"The DERC had to hike the tariff to ensure that people of Delhi continue to get power..If anybody has any grivance or wants to say anything about the hike, then they should go to DERC or the Central Electricity Regulatory Commission," she said.
The Chief Minister, who had been favouring hiking the tariff to insulate the discoms from rising power purchase cost, said the demand has gone up significantly and there was a need to control consumption of power by the people.
"People do not have control over power consumption. People use four-five air-conditioners (in one household). They will have to change their habits," Dikshit said.
The decision to continue giving the subsidy to the consumers who limit their consumption to 200 units was taken at a cabinet meeting presided by Dikshit.
Power tariff for domestic consumers was hiked by a steep 26 per cent – the fourth increase in 10 months – which came as a shock to people already burdened by high inflation and petrol price rise. The new tariff came into effect from 1 July. The average hike was 20.87 per cent for all segements was taken into account.
The government has been giving the subsidy for the last four years and officials said the cabinet had to take a decision afresh as the previous notifications lapsed following announcement of a new tariff order by the Delhi Electricity Regulatory Commission.
"We have decided to continue the subsidy which will benefit around 19 lakh of the total 34 lakh consumers. We will release an amount of Rs 222.40 crore for this purpose," Dikshit said adding government has been providing the subsidy to ensure judicious use of power.
The Chief Minister said 200 units of electricity are enough to use at least two fans for 20 hours per day, two tube-lights for six hours per day, one TV for four hours per day, one refrigerator round the clock and one water pump for an hour or so.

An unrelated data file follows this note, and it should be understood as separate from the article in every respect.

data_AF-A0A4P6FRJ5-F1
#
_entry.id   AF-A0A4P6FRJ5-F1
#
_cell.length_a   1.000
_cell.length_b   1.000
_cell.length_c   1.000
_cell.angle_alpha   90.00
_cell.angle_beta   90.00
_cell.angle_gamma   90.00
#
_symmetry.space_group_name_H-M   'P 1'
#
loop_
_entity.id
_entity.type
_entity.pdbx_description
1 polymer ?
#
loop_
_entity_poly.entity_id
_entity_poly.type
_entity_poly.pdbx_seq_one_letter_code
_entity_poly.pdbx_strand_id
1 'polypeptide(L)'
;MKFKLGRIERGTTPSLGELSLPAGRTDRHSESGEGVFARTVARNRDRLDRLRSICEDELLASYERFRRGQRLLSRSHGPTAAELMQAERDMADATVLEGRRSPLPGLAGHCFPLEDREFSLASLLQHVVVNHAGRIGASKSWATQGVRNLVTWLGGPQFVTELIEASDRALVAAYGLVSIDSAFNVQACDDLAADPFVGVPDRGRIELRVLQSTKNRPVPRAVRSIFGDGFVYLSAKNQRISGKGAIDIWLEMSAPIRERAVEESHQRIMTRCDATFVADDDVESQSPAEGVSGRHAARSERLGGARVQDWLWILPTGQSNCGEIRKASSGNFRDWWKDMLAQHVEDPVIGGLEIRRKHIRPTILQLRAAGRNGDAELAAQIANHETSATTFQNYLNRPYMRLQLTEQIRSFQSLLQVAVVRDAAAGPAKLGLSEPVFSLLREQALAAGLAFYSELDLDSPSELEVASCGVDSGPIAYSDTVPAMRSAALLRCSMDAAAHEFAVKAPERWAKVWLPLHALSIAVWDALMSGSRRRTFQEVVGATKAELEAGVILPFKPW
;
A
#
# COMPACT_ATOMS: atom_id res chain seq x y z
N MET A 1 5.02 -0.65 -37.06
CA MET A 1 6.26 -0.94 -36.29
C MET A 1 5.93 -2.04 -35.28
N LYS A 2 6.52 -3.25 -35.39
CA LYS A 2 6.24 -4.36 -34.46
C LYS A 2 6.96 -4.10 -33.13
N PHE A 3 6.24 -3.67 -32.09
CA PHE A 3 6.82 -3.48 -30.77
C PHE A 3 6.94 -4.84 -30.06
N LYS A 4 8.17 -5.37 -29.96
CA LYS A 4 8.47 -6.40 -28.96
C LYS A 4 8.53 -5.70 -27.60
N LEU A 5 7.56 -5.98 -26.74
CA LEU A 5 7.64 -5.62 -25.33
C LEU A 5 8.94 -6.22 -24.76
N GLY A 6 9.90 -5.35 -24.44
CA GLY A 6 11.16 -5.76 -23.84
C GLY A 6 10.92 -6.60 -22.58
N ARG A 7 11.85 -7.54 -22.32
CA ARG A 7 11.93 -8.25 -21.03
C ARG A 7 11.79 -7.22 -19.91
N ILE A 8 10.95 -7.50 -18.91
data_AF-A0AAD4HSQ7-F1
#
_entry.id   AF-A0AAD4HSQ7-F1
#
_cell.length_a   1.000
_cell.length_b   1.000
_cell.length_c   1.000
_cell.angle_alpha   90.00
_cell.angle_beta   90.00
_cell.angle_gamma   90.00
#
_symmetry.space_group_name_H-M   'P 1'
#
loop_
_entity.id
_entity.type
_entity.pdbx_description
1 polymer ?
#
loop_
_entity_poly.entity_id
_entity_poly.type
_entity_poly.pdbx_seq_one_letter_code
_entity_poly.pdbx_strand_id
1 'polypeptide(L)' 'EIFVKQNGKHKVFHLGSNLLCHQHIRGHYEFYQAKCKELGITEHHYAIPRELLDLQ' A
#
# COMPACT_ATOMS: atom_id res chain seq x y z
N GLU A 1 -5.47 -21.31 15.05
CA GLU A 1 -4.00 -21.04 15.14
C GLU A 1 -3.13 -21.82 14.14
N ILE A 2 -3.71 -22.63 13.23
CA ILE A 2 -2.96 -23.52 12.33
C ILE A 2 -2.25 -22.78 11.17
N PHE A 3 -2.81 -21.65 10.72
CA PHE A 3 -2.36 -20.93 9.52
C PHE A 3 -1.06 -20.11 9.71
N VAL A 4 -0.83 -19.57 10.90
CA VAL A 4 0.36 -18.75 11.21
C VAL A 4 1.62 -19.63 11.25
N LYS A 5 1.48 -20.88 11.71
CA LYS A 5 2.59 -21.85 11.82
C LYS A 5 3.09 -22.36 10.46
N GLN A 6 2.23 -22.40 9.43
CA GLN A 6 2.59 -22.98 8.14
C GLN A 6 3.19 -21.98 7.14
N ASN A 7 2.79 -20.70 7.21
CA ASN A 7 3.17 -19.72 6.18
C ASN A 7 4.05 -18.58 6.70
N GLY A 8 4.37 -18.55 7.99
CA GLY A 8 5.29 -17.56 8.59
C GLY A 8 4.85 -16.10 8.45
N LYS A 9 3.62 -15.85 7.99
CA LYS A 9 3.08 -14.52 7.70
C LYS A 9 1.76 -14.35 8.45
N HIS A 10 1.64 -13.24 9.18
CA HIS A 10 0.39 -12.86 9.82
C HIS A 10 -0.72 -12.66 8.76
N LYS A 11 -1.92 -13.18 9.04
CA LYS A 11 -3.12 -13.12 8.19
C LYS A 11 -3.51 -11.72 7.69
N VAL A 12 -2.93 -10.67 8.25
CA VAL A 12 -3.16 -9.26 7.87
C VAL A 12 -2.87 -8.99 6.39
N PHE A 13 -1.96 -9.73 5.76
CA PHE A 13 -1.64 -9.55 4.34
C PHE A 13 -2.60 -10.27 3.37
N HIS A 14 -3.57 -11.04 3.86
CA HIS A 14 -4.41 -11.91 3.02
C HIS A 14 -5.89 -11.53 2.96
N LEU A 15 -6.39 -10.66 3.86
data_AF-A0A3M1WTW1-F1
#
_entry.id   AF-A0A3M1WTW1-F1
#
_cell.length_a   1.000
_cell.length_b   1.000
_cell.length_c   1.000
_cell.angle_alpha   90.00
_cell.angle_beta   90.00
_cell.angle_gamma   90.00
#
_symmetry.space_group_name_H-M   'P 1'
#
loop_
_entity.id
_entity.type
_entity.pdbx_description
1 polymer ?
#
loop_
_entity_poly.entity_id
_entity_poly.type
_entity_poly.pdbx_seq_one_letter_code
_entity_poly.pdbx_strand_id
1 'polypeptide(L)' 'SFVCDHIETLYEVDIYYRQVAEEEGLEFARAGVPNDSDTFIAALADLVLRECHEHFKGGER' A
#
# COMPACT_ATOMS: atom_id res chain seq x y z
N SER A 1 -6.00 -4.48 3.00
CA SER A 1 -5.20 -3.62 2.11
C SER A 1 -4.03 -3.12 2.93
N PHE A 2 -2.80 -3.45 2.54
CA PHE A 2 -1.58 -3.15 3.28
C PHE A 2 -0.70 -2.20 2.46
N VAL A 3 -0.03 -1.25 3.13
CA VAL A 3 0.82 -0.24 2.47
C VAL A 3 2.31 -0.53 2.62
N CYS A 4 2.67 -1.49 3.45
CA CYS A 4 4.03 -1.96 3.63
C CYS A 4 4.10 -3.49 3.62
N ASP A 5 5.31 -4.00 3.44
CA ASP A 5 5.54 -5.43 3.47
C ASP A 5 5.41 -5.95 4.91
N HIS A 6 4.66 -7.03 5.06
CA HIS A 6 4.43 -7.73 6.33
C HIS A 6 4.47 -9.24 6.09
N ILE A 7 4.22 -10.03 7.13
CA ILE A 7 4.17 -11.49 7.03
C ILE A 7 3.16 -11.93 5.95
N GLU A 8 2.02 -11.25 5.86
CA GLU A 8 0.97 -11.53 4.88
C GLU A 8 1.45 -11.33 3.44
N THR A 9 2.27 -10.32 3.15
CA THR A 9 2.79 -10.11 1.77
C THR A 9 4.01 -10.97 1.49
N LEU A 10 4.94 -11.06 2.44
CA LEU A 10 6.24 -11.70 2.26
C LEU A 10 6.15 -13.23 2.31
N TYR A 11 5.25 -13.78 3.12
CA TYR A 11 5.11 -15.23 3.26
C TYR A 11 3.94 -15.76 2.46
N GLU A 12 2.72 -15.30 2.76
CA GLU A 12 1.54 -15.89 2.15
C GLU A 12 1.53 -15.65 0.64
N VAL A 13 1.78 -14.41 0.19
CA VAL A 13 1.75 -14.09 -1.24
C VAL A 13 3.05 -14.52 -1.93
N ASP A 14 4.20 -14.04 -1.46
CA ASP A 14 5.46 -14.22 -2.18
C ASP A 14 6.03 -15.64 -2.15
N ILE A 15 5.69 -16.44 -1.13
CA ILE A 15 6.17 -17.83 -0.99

She claimed Delhi was the only city in the country where uninterrupted power supply and the revised tariff is much lower than other metro cities.
Quoting the DERC order, Dikshit said the power purchase cost has gone up as there had been a hike of 36 per cent in coal prices and 103 per cent in gas prices. Further, per unit cost of power used to be Rs 2.86 in the year 2009 and it is more than Rs 5.00 in the current year.
She also claimed Delhi government has no role in determination of power tariff and it was the DERC which fixed the tariff.
In May 2010, year, the city government had through a notification stalled DERC's decision to announce the annual tariff for 2010-11. The DERC, which was making last minute preparations to announce the new tariff, after receiving the government directive had indicated that it had planned to cut down the tariff by 20 to 25 per cent as discoms would have a surplus of around Rs 4,000 crore if the existing tariff was not changed.
Although the DERC was strongly arguing for a cut in tariff, the three-member regulator, gave indication of taking a sympathetic approach to the demands of the discoms.
The government's notification was quashed by Delhi High Court in February, describing the intervention as "absolutely unjustified, unwarranted, untenable".